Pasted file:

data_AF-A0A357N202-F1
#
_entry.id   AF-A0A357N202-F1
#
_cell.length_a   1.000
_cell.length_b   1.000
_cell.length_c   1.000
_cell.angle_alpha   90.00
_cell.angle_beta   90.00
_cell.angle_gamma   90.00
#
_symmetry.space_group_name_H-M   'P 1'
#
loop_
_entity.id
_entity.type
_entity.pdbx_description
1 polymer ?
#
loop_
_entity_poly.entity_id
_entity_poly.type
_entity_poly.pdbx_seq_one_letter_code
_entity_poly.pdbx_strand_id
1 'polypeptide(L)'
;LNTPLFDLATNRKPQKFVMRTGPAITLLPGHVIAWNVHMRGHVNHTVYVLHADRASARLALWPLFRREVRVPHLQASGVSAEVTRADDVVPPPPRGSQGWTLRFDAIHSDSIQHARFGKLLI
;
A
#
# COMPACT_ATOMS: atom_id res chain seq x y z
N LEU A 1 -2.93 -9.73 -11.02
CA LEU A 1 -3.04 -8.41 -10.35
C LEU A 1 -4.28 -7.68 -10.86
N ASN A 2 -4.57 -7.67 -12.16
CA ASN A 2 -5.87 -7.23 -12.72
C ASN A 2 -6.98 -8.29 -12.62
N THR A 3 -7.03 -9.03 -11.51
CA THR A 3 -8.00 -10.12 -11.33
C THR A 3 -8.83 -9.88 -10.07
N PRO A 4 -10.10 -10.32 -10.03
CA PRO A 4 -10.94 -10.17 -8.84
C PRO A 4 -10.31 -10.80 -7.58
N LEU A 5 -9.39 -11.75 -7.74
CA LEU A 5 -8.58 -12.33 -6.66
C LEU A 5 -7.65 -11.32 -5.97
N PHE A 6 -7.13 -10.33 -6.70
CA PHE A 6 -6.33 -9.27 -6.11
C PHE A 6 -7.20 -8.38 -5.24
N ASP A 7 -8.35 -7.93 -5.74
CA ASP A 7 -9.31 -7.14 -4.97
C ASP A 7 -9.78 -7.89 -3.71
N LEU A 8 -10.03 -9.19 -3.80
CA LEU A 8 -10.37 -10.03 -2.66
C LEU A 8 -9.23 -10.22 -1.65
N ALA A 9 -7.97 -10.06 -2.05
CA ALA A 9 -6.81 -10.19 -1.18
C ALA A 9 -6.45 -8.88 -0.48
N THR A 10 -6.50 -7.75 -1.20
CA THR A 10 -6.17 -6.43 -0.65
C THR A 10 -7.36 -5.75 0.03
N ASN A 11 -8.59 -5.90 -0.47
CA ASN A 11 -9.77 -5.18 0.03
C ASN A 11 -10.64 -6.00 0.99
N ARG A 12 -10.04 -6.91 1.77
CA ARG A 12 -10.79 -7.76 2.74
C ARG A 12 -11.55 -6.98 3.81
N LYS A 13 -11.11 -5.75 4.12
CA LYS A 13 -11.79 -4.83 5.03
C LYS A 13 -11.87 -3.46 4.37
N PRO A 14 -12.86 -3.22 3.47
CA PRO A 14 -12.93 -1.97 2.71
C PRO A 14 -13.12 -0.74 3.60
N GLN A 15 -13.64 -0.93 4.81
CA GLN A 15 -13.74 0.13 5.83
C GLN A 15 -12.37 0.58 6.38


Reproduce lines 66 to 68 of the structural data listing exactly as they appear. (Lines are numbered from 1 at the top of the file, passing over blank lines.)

C ARG A 12 -11.55 -6.98 3.81
N LYS A 13 -11.11 -5.75 4.12
CA LYS A 13 -11.79 -4.83 5.03